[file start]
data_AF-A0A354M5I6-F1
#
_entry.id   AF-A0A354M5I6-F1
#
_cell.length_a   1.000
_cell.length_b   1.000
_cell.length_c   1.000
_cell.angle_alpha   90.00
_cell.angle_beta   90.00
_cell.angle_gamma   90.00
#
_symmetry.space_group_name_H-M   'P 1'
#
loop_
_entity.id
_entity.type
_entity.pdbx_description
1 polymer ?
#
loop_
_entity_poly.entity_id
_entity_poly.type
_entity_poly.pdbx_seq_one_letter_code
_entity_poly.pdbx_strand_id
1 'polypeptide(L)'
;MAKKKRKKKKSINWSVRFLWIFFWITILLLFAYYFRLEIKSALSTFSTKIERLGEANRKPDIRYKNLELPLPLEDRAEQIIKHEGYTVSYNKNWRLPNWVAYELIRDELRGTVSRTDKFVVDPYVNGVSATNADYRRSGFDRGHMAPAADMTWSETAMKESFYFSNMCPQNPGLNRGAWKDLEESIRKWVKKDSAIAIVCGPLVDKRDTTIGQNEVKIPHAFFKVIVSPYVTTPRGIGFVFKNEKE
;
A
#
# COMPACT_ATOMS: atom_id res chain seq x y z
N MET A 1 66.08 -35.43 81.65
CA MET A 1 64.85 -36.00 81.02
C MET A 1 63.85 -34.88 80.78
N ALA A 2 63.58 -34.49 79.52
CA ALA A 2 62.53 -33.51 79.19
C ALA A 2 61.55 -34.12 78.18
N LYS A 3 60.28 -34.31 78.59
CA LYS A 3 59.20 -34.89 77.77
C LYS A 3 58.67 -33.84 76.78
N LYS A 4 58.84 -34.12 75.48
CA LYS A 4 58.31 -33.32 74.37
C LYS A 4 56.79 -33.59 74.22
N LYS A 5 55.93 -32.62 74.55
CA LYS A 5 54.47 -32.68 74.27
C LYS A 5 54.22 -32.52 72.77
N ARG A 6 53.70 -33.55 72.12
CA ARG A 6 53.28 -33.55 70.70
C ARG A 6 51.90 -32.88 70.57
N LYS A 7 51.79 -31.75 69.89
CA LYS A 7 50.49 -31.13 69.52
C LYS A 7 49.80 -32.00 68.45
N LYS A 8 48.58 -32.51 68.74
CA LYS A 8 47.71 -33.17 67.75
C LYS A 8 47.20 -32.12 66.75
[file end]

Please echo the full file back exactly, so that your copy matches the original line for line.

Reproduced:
data_AF-A0A354M5I6-F1
#
_entry.id   AF-A0A354M5I6-F1
#
_cell.length_a   1.000
_cell.length_b   1.000
_cell.length_c   1.000
_cell.angle_alpha   90.00
_cell.angle_beta   90.00
_cell.angle_gamma   90.00
#
_symmetry.space_group_name_H-M   'P 1'
#
loop_
_entity.id
_entity.type
_entity.pdbx_description
1 polymer ?
#
loop_
_entity_poly.entity_id
_entity_poly.type
_entity_poly.pdbx_seq_one_letter_code
_entity_poly.pdbx_strand_id
1 'polypeptide(L)'
;MAKKKRKKKKSINWSVRFLWIFFWITILLLFAYYFRLEIKSALSTFSTKIERLGEANRKPDIRYKNLELPLPLEDRAEQIIKHEGYTVSYNKNWRLPNWVAYELIRDELRGTVSRTDKFVVDPYVNGVSATNADYRRSGFDRGHMAPAADMTWSETAMKESFYFSNMCPQNPGLNRGAWKDLEESIRKWVKKDSAIAIVCGPLVDKRDTTIGQNEVKIPHAFFKVIVSPYVTTPRGIGFVFKNEKE
;
A
#
# COMPACT_ATOMS: atom_id res chain seq x y z
N MET A 1 66.08 -35.43 81.65
CA MET A 1 64.85 -36.00 81.02
C MET A 1 63.85 -34.88 80.78
N ALA A 2 63.58 -34.49 79.52
CA ALA A 2 62.53 -33.51 79.19
C ALA A 2 61.55 -34.12 78.18
N LYS A 3 60.28 -34.31 78.59
CA LYS A 3 59.20 -34.89 77.77
C LYS A 3 58.67 -33.84 76.78
N LYS A 4 58.84 -34.12 75.48
CA LYS A 4 58.31 -33.32 74.37
C LYS A 4 56.79 -33.59 74.22
N LYS A 5 55.93 -32.62 74.55
CA LYS A 5 54.47 -32.68 74.27
C LYS A 5 54.22 -32.52 72.77
N ARG A 6 53.70 -33.55 72.12
CA ARG A 6 53.28 -33.55 70.70
C ARG A 6 51.90 -32.88 70.57
N LYS A 7 51.79 -31.75 69.89
CA LYS A 7 50.49 -31.13 69.52
C LYS A 7 49.80 -32.00 68.45
N LYS A 8 48.58 -32.51 68.74
CA LYS A 8 47.71 -33.17 67.75
C LYS A 8 47.20 -32.12 66.75